by Bryan Taylor
About The Author
Author LinksWebsite: http://www.threesistersnovel.com/ Blog: http://www.threesistersnovel.com/blog/ Facebook: https://www.facebook.com/BryanTaylorAuthor
The Three Sisters is a humorous, adult satire about three former nuns who just want to have fun, but when they get in trouble with the law, they become nuns on the run. The three nuns in the novel are Coito Gott, the rebel, Theodora Suora, the intellectual, and Regina Grant, who loves mirth, movies and music. For this guest blog, rather than providing advice for the millionth time on how to write and get published, I have asked one of them to talk about one of their favorite nuns of the past. Your turn, Regina.
Jean Donovan is a nun I admire. Since I was a nun down in Central America, I can understand the sacrifice that Jean Donovan made. Here is a woman who, if she had stayed in the United States, would have been incredibly successful. She earned an M.B.A. at Case Western Reserve University and got a job at the accounting firm of Arthur Anderson.
She could easily have been a supermom and been successful with both her career and family, but while she was helping the poor through the Cleveland Diocese Youth Ministry, she got the calling to join the Diocesan Mission Project in El Salvador. She got her training through the Maryknolls and went down to El Salvador in 1977, working as a lay missioner, and helping refugees from the Salvadoran Civil War.
She was a follower of Archbishop Oscar Romero and often heard him preach at the Catedral Metropolitana de El Salvador. Despite the fact that Archbishop Oscar Romero was assassinated in March 1980, she persevered and stayed on, even as others left. Even the Peace Corps departed the country. Part of her told her to leave El Salvador for her own safety, but then she thought of the children, the poor, the refugees and put them first.
On December 2, 1980, she and Dorothy Kazel picked up two Maryknoll nuns who had flown in from Managua, Nicaragua. Five national guardsmen of the National Guard of El Salvador stopped them on a jungle road several hours later. The guardsmen beat them, raped them, and murdered them.
Their murders became international news, and their murders forced the U.S. Government to face up to their responsibilities in supporting the military regime that ruled Nicaragua. The murderous culture of the National Guard was laid bare. The perpetrators were eventually found and were imprisoned. Nothing like that had ever happened before in Nicaragua.
I’m sure Jean Donovan never wanted to die this way, who would? She was dedicated to her mission, despite the dangers, and ended up doing more for the people in El Salvador than she ever could have imagined. She followed her conscience, did what was right, and that is why I admire her.
About The Book
Genre: Humor, Satire
Publisher: Dragon Tree Books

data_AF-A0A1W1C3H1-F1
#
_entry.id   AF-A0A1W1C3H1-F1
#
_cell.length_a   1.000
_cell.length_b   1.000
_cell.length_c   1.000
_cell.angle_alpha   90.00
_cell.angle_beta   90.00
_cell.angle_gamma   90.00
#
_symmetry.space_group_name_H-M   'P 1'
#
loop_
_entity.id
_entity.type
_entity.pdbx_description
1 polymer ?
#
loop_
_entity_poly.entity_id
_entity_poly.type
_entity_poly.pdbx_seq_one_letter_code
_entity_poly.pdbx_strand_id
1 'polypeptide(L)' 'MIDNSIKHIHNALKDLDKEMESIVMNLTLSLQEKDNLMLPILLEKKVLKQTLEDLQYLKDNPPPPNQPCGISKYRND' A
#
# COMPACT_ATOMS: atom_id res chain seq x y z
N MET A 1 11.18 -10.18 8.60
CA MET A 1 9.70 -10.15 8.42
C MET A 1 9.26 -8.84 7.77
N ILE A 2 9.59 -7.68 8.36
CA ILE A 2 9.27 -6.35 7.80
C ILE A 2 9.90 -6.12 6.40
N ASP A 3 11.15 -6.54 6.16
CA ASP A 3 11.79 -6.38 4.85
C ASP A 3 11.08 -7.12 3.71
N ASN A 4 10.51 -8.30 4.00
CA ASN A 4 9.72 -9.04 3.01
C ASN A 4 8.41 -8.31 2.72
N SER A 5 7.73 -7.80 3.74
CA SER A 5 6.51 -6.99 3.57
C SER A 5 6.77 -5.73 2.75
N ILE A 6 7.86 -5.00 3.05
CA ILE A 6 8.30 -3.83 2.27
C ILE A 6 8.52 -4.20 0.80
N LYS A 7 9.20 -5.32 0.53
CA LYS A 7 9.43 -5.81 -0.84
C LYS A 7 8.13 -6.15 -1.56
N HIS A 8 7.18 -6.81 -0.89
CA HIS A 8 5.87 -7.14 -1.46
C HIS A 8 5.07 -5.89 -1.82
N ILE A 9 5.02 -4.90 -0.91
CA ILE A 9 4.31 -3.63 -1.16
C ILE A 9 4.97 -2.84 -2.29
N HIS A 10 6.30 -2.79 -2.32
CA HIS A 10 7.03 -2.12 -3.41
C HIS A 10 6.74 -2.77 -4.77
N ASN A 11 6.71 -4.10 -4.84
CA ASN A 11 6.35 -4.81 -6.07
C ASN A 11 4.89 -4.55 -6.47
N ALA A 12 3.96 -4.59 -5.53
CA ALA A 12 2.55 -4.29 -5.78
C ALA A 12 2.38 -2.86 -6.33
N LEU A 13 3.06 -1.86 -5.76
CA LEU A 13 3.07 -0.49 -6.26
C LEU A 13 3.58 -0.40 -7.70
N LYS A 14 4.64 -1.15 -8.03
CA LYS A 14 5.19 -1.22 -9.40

Release Date: July 23, 2013
The college I was at had a small Newman Club for committed collegiate Catholics, who still spent most of their youthful years behaving more like St. Augustine than Cardinal Newman. Some of my friends and I set up a Joyce Club as a refuge for lapsed Catholics, and during our years there, we successfully filched several members of the Newman Club and got them to join our own. Whenever this occurred, I could share the great joy the father in the Bible must have experienced when the Prodigal Son returned home, or the shepherd had found his lost sheep. Working with this close-knit group of friends and learning from each other made college worthwhile. Moreover, there were hundreds of naïve young freshmen each year ripe for corrupting whom I could gird up my loins for, exchange jelly for juice, and turn them into cynics with amazing ease.
Academic life also gave me the opportunity to express my artistic talents in ways that impressed my coterie of college friends. When it snowed, a not infrequent event in Chicago, we created chionic masterpieces that lasted until the sun melted them away. Some were conventional, like Marie Antoinette Gets the Guillotine, but when the college was too cheap to build new sidewalks for its students we put together a column of legless snowmen and snowwomen sitting on their carts and pushing themselves along with paper signs on them saying, “Chicago’s disabled demand new sidewalks!” Thus we married the avant-garde to social activism.
We would also create living art, recreating and transmogrifying great works of the past. The one that got me and my fellow artists into real trouble was when we recreated Da Vinci’s Last Supper with me in puris naturalibus as The Naked Maja recumbent upon the table in front of Christ and his disciples. If the college officials had complained about the anachronistic juxtaposition of Da Vinci’s Cenacle and Goya’s Ode to Pubic Hair as the Christ and his disciples argued over who was going to pay thirty pieces of silver for me, I would have understood their objections, but instead they complained about my full frontal nudity, even though I was as faithful to Goya’s original as I could be. Sure, Billy Sunday wouldn’t have liked it, but he had died decades before. We referred to our masterpieces as Mama Art, the indirect descendent of Dada Art.